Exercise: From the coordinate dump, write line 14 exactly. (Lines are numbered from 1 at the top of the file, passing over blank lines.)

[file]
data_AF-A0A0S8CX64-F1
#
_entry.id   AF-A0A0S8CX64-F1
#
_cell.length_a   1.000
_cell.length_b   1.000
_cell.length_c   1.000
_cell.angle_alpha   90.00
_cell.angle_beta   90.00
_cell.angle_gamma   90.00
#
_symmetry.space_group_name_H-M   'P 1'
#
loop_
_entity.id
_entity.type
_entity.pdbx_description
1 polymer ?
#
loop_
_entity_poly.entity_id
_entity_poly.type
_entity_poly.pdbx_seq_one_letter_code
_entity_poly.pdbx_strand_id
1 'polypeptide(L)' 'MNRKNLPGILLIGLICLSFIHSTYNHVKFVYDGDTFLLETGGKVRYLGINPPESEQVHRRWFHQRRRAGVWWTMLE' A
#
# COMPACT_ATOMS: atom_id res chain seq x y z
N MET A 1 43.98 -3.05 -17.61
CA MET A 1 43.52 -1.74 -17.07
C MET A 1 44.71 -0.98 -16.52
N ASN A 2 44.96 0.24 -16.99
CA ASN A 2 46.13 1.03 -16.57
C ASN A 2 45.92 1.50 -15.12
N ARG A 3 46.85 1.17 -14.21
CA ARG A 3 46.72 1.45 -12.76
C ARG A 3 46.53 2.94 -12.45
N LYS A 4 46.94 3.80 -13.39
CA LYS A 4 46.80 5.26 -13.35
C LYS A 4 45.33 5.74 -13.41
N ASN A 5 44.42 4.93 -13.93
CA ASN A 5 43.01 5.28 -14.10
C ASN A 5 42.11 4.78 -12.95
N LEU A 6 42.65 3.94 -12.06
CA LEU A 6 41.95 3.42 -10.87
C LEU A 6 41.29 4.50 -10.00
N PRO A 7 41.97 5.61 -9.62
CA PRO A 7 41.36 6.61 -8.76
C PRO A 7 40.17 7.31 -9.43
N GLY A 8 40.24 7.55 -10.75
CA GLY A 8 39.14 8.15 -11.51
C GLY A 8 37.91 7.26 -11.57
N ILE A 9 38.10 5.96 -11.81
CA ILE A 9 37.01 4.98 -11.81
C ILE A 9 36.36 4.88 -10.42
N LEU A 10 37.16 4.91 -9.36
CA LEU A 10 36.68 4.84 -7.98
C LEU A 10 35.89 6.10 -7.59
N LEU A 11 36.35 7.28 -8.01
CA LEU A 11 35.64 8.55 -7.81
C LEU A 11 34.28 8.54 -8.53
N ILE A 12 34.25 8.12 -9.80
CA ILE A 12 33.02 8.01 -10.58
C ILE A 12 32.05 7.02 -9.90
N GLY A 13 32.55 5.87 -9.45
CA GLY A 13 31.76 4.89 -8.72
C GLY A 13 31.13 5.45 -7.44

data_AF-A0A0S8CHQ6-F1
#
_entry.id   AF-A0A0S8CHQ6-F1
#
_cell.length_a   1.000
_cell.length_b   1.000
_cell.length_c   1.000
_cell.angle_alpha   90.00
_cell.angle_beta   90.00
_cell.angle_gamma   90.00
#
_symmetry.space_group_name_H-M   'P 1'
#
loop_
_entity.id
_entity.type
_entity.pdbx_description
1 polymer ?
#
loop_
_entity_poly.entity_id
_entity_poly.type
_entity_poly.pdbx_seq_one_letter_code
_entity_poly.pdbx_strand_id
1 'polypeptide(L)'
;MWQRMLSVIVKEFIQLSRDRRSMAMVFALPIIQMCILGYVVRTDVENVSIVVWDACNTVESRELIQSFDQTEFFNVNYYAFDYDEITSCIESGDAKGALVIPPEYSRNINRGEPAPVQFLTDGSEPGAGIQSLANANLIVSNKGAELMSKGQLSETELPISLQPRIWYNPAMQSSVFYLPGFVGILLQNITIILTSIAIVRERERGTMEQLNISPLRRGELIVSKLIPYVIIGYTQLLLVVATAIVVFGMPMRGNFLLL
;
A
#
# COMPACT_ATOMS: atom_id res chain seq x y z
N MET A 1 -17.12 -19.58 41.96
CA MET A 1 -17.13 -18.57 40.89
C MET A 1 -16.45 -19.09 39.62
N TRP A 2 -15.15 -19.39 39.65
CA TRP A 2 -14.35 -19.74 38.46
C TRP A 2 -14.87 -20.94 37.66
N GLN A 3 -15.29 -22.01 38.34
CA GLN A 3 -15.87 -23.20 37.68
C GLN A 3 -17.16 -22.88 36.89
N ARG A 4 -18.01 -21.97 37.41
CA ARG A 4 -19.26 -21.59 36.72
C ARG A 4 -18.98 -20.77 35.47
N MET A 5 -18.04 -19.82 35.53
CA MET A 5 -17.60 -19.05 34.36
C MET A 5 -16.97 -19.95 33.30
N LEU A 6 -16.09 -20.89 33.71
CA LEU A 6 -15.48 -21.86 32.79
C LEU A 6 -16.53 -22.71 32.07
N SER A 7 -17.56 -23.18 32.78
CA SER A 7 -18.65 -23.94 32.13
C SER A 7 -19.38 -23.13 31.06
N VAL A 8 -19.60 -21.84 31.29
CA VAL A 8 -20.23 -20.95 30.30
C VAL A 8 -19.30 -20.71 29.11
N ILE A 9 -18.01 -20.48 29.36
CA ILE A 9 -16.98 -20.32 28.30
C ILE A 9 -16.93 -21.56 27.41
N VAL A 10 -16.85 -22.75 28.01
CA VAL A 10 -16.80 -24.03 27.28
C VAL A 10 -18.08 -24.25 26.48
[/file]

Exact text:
loop_